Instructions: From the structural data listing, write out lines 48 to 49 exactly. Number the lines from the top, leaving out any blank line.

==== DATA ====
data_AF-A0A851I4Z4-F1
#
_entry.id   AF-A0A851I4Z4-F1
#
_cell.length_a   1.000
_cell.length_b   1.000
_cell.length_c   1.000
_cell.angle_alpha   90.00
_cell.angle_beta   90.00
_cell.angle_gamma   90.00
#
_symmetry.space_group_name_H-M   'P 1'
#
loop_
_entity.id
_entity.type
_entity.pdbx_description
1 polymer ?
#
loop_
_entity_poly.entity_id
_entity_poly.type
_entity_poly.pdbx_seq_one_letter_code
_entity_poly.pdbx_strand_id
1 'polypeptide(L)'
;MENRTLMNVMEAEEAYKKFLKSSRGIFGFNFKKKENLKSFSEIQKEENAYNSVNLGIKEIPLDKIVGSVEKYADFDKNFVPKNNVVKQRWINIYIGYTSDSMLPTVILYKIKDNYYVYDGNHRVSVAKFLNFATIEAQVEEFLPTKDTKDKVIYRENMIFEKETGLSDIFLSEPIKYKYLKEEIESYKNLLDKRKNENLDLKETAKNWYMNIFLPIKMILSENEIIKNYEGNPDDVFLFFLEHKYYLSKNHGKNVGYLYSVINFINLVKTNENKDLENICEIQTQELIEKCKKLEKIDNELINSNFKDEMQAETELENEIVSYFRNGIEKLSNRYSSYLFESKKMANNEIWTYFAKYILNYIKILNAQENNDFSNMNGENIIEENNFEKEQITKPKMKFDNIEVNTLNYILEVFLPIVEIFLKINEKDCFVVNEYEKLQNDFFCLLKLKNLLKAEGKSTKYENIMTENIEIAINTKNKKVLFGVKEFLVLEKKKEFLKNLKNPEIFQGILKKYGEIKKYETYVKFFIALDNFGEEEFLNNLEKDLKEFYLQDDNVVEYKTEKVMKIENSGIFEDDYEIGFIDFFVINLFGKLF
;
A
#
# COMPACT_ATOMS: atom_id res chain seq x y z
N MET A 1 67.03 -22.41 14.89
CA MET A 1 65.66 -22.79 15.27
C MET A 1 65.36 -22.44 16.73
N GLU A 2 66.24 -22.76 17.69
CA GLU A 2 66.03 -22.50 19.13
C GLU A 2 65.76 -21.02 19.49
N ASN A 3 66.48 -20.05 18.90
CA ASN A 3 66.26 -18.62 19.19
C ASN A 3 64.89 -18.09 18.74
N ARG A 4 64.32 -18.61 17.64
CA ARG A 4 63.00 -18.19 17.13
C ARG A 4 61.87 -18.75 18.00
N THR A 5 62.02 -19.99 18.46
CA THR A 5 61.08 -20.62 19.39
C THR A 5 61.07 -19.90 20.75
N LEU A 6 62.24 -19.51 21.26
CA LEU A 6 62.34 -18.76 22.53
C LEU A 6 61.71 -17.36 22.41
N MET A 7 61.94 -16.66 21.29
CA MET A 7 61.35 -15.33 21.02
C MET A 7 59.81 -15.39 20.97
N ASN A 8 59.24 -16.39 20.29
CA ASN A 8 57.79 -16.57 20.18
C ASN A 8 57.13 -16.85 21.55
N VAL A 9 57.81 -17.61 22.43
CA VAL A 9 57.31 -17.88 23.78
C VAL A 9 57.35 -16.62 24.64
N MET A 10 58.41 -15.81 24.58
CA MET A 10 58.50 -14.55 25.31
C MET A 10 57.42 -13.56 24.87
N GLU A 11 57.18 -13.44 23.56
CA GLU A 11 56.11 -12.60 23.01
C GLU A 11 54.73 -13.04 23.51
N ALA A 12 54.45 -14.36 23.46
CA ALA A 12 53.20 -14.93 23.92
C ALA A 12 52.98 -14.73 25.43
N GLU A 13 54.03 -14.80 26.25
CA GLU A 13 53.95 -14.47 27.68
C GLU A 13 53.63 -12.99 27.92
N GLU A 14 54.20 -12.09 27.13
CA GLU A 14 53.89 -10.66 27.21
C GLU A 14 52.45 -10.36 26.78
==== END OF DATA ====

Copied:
C LEU A 6 61.71 -17.36 22.41
N MET A 7 61.94 -16.66 21.29